T-HCA, or trans-4-hydroxycrotonic acid, is a drug used in scientific research. It is structurally related to GHB and binds to the GHB receptor with 4-fold higher affinity than GHB itself,[1] but is not an agonist for the primary sedative target of GHB, the GABAB receptor, and so does not produce sedative effects, instead causing convulsions thought to be mediated through increased glutamate release.[2] It may also be naturally produced in the mammalian CNS and is suspected to be an endogenous ligand for the GHB receptor.[3]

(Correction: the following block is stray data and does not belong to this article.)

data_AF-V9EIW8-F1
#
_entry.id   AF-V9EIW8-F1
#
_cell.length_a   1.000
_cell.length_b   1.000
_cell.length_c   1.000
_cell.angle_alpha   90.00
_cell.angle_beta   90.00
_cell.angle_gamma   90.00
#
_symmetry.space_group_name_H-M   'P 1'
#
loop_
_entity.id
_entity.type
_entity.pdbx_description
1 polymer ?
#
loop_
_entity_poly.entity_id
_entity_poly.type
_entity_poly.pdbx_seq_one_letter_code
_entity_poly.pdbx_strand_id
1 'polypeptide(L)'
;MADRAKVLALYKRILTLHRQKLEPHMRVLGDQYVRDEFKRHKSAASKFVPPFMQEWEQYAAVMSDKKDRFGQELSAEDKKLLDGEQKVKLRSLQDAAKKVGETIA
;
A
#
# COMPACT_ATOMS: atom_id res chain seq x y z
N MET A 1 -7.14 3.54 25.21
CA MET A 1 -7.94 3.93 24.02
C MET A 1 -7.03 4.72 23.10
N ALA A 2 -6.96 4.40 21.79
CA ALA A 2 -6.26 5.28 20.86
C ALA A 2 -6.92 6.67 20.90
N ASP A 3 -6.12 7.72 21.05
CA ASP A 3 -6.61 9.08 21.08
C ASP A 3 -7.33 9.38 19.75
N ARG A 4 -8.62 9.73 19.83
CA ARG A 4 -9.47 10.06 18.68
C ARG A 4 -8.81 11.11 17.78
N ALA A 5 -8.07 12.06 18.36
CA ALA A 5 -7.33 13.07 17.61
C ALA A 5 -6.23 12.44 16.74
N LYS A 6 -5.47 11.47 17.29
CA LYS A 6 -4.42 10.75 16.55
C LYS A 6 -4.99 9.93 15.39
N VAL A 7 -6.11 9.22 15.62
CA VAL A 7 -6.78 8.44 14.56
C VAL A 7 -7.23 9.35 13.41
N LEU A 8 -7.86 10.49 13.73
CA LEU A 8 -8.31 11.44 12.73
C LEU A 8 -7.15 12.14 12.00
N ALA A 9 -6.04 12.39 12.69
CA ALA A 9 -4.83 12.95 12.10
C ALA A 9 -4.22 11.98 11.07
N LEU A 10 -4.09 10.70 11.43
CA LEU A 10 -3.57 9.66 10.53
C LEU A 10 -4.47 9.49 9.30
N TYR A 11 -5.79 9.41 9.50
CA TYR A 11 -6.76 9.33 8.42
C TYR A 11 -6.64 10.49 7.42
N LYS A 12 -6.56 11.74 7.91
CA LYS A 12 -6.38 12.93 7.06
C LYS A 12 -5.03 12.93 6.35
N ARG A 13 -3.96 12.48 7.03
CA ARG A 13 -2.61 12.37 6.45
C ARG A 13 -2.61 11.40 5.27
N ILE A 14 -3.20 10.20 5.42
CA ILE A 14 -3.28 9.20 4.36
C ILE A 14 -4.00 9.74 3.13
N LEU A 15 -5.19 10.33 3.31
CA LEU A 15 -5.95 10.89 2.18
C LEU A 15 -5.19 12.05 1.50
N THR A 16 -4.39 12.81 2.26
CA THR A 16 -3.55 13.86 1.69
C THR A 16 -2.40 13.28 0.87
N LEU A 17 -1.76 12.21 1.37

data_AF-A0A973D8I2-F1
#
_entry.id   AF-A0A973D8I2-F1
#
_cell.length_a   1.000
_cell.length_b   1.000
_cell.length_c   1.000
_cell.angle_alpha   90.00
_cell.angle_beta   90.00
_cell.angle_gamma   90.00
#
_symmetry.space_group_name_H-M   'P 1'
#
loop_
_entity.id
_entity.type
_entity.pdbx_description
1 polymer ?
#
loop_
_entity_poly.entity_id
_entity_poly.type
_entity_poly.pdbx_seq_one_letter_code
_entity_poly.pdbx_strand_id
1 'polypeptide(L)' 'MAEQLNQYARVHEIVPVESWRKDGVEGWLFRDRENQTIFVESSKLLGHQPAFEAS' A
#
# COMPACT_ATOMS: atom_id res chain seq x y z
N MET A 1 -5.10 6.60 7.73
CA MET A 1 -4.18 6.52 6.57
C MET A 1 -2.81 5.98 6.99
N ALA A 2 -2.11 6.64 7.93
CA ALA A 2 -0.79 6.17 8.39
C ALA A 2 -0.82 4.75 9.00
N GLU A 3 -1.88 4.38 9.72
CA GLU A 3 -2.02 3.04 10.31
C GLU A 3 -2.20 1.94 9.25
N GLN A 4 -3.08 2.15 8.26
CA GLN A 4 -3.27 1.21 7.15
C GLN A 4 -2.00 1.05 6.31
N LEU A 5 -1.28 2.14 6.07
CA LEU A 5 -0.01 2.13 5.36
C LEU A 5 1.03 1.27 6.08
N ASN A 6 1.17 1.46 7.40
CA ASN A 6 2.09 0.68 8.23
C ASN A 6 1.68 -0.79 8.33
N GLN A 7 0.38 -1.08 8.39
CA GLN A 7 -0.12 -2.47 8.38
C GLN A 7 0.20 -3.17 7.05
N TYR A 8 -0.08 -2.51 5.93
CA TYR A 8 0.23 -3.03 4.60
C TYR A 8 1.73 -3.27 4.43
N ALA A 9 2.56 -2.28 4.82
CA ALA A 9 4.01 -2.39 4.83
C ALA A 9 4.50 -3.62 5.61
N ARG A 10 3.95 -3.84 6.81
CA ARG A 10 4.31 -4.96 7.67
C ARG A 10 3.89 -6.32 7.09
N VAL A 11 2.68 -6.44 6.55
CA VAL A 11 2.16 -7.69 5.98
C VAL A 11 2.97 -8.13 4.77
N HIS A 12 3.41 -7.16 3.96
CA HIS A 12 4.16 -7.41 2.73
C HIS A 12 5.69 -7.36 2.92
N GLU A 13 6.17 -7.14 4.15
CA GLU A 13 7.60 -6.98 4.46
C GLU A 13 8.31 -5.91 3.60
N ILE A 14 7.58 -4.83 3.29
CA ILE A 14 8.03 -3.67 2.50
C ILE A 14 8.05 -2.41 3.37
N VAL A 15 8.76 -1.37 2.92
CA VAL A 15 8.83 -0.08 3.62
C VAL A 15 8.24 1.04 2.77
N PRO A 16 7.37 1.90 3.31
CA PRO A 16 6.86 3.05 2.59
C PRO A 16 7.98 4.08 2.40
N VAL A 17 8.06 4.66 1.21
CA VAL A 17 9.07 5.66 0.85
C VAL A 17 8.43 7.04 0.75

See also